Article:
Given that most of Rockhill’s chapters are by and large devoted to well known male philosophers in the European intellectual tradition, one might tempted to turn aspects of Rockhill’s critique against him. However, this would miss the point of his thematization and advocacy for intervention. In other words, while foregrounding female or non-European figures would have been beneficial on multiple counts, what is important from the standpoint of intervention is what is done with, to, through, and beyond the particular figures engaged. Stated otherwise, an interventionist approach seeks neither to glorify prominent thinkers via hagiography nor damn them through a form of intellectual parricide; rather, as Rockhill explains (and here it’s worth quoting him at length):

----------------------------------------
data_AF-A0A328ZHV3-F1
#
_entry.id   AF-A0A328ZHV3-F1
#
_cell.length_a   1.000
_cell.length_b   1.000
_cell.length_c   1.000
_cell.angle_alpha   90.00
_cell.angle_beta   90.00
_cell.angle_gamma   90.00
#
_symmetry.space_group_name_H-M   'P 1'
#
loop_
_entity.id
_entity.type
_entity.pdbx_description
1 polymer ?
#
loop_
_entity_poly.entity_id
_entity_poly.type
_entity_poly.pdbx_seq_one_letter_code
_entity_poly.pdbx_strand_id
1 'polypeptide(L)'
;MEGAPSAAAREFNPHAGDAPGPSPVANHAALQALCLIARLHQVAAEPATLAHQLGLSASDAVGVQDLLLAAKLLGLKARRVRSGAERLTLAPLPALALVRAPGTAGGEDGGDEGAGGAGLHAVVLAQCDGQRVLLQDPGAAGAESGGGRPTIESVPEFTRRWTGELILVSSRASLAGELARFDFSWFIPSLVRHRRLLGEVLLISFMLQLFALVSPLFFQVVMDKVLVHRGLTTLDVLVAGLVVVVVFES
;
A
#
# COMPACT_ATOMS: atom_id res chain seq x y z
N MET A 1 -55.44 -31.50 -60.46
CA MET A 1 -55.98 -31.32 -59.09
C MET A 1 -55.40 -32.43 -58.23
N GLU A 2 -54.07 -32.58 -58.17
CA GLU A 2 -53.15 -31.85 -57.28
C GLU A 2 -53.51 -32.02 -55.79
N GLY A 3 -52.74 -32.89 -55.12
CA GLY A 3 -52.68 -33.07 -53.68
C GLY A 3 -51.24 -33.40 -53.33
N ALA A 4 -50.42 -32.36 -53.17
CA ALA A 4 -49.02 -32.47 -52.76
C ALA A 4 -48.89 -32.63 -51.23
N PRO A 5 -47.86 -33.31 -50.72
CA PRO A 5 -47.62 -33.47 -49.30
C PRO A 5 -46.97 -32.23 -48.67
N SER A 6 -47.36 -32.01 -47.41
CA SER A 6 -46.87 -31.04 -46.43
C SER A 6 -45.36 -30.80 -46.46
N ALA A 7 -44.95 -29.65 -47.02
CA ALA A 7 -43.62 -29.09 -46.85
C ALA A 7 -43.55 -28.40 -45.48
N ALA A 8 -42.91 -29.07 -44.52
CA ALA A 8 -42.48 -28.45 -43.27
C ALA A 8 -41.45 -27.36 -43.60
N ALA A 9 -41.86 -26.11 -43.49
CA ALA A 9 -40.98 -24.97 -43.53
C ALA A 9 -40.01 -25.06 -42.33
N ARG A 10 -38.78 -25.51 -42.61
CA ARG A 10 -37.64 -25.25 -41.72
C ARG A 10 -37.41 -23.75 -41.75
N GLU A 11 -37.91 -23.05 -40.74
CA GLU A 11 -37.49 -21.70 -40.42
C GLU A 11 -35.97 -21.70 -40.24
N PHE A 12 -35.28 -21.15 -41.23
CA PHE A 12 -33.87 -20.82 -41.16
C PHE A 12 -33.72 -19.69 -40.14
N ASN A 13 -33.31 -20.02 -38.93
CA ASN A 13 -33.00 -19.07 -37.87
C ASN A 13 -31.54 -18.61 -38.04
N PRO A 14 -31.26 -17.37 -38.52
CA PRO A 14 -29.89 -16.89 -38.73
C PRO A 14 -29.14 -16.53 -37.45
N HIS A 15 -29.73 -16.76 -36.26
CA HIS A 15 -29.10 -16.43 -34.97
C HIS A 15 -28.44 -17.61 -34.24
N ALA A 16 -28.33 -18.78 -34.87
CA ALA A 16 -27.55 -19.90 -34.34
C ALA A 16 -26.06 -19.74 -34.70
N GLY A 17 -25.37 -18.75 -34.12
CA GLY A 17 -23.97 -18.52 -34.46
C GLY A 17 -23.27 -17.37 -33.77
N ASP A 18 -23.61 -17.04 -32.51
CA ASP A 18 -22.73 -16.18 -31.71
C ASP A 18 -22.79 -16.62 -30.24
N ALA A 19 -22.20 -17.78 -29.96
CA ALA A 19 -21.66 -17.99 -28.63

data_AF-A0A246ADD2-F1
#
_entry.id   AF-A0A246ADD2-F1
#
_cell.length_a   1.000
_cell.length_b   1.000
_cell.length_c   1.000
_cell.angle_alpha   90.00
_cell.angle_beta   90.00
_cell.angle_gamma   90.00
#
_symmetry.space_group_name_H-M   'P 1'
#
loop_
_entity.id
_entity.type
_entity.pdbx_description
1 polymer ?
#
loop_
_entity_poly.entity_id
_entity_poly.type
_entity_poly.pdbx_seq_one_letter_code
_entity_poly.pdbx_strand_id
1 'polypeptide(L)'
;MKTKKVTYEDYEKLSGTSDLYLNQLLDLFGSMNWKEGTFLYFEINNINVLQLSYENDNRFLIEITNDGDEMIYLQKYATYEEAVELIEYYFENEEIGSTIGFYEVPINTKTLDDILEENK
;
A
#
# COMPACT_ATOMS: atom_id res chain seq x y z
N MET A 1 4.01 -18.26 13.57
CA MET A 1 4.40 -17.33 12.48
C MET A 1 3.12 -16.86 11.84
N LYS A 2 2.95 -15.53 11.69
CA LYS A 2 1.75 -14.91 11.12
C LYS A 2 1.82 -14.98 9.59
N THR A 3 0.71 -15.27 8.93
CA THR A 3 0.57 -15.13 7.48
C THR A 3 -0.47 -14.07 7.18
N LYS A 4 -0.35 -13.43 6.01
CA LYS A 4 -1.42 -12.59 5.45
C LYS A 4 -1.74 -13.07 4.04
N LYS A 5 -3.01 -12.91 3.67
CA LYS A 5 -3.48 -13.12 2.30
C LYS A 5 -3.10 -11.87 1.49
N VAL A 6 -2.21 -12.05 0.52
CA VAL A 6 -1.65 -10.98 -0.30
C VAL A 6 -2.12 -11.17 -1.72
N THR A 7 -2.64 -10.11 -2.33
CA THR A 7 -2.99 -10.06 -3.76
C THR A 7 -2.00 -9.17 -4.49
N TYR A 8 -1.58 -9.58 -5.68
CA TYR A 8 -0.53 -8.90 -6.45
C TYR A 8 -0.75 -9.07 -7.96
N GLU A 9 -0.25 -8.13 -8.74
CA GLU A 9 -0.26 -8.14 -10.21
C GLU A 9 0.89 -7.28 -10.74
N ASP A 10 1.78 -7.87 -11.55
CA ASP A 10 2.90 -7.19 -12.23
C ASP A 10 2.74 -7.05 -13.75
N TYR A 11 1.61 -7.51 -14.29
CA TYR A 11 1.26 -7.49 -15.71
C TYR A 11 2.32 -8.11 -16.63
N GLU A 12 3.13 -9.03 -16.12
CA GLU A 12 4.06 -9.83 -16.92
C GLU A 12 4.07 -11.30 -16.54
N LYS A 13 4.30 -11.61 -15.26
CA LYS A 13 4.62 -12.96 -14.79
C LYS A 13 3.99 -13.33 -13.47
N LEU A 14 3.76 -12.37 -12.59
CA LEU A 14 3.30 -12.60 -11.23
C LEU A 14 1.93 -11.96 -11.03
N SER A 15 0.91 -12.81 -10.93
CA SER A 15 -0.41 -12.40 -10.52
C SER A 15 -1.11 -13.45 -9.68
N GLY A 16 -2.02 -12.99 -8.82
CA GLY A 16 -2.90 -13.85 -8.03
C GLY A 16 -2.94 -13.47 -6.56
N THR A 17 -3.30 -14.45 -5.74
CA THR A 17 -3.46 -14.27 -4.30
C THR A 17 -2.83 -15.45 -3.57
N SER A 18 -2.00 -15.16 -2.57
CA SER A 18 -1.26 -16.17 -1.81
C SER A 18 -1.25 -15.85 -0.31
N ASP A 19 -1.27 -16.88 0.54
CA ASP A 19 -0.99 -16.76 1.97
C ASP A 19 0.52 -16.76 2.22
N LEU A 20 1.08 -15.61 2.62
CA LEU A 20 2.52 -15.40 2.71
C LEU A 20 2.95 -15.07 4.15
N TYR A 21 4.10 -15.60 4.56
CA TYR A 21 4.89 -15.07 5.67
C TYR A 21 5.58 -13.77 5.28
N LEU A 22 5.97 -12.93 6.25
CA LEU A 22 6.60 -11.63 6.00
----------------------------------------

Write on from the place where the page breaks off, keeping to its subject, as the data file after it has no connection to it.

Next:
this book proposes a critique of exegetical reason by rigorously engaging with prominent philosophic positions precisely in order to develop a deep methodological intervention into contemporary theoretical practice, as well as propose an expansive and potentially innovative thematic analysis. The metaphilosophical critique of continental scholasticism needs to mine this tradition and cull from it its major strengths, one of which is historico-hermeneutic rigour and precision. We need to move, however, from imprisonment to empowerment, from incarceration within the interstices of a socially constituted canon to an empowering historical elevation of thought that carefully works through—in order to think with and potentially beyond—some of the most prominent intellectual projects of a certain philosophic tradition (15–16).